What is the ecological dimension of work? What common interests do workers’ and environmental movements have and what does it mean for these movements to join forces? How can we reclaim the means of (re-)production and transform them into means of sustainable climate (re-)production?
More than 80 activists and scholars share their thoughts on these questions in the form of video talks, projects, and essays. Watch the following video talks by Jennifer Kamau, Svjetlana Nedimović, and Lorenzo Feltrin, before checking out the other materials on the “Allied Grounds” project website.
Politicizing Border Regimes
Border Talks: Harsha Walia, Jennifer Kamau, and Sujatha Byravan (right) talk about climate refugees and international border regimes. Listen to it by clicking the play button below the image. Polina Manolova (top) talks about bureaucratic bordering in the EU and how Eastern Europeans deal with it cooperatively.
Call: 80 researchers, cultural workers, journalists, and activists from 25 countries call on event organizers throughout “Europe” and beyond: Stand together against the EU border regime and publicize the occasions when borders sabotage our efforts to build spaces of transnational conversation and cooperation! Read their open letter.
The BG project “After Extractivism” (2022) asked more than 80 researchers, activists, cultural workers, and journalists: How can we build our future on the legacies and claims of those who, yesterday as today, have been plunged into existential hardship by the ecological-economic complex? And how can we make such struggles a source of inspiration for a common cause? Contributions include video talks, collaborative projects, texts, and audios.
The video section includes talks by artist and curator Stefan Tiron (top right), media theoretician Özgün Eylül İşcen (middle right), and social theorist Max Haiven (bottom right).
The text section includes contributions from researcher Nishat Awan on environmental destruction and mass displacement in Pakistan, critical geographer Elena Batunova on the specters of extractivism in the Donbass, philosopher and artist Oxana Timofeeva about Russia’s petro-imperialism and the (in)human geographies of war and scholar-activists Carme Arcarazo and Rubén Martínez on countering the commodification of labor and nature with a new political subject.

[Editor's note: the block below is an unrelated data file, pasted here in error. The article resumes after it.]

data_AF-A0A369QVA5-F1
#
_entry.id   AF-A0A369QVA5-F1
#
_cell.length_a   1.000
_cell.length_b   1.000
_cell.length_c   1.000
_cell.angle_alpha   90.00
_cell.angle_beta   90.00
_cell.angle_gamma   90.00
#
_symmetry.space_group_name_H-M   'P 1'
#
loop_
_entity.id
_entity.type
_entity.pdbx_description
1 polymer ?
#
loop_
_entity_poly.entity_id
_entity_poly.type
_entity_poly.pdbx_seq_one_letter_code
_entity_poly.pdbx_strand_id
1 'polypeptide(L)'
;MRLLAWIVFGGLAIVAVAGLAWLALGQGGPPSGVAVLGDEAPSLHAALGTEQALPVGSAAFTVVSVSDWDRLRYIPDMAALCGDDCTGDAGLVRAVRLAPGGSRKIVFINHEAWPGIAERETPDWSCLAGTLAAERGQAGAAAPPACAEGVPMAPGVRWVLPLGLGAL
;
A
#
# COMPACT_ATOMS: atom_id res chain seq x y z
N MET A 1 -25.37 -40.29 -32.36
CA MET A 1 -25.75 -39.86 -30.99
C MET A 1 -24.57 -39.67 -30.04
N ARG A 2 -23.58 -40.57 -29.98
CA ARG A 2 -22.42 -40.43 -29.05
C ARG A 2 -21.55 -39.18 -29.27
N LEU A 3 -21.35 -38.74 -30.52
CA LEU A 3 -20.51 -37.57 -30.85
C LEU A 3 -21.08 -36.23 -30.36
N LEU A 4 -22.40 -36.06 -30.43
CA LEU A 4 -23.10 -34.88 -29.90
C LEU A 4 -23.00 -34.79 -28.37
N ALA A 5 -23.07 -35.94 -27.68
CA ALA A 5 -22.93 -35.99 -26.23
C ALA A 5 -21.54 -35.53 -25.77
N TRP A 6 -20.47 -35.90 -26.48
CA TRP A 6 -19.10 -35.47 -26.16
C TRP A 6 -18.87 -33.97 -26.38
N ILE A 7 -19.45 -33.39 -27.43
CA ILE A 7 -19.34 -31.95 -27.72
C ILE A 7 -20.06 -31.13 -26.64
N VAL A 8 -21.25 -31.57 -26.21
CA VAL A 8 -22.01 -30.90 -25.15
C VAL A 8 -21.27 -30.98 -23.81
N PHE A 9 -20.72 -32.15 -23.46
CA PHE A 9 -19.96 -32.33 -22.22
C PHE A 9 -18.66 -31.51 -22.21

All other contributions can be found on the “After Extractivism” resource website.
Black Box East
The BG project “Black Box East” (2021) asked more than 80 researchers, activists, cultural workers, and journalists: What does it mean to analyze post-“communist” countries as laboratories of globalization?
Contributions include video talks, collaborative projects, texts, and artworks.
Video talks by theater-makers Johanna-Yasirra Kluhs and Tanja Krone (above) and political theorist Gal Kirn (bottom).
The text section includes contributions by Kasia Narkowicz and Zoltán Ginelli about how anti-colonial rhetoric against “foreign powers” hinders decolonial critique in Poland and Hungary, and Ivana Pražić and Ana Vilenica about deconstructing white feminism and struggling against “whiteness” in Eastern Europe.
Artworks include a mixtape by the Eastbloc Antifascist Sound Alliance. Listen to it by clicking the play button below.
All other contributions can be found on the “Black Box East” resource website.
The BG project “Silent Works” (2020) asked more than 80 researchers, activists, cultural workers, and journalists: What does it mean to politicize the hidden labor in AI-capitalism? Contributions include video talks, projects, texts, audios, and artworks.
The video section includes talks by researcher Sana Ahmad and journalist Jose Miguel Calatayud (the second and third on the left).
The “Silent Works” artwork section includes videos by Diego de la Vega Coffee Co-op (header), and University of the Phoenix and eeefff (the first and fourth on the left), and an audio piece by Petero Kalulé and AM Kanngieser. Listen to it by clicking the play button below.
The text section includes the open access publication “Invisible Hand(s). Hidden Labor, AI-Capitalism, and the Covid-19 Pandemic” with contributions by Niccolò Cuppini and Angela Mitropoulos, among others.
All contributions can be found on the “Silent Works” resource website.
The BG’s 20th anniversary project “More World” (2019) asked: If the climate crisis arises from an increasingly destructive web of global interdependencies, then how can we move from passive entanglement to active networking against the crisis?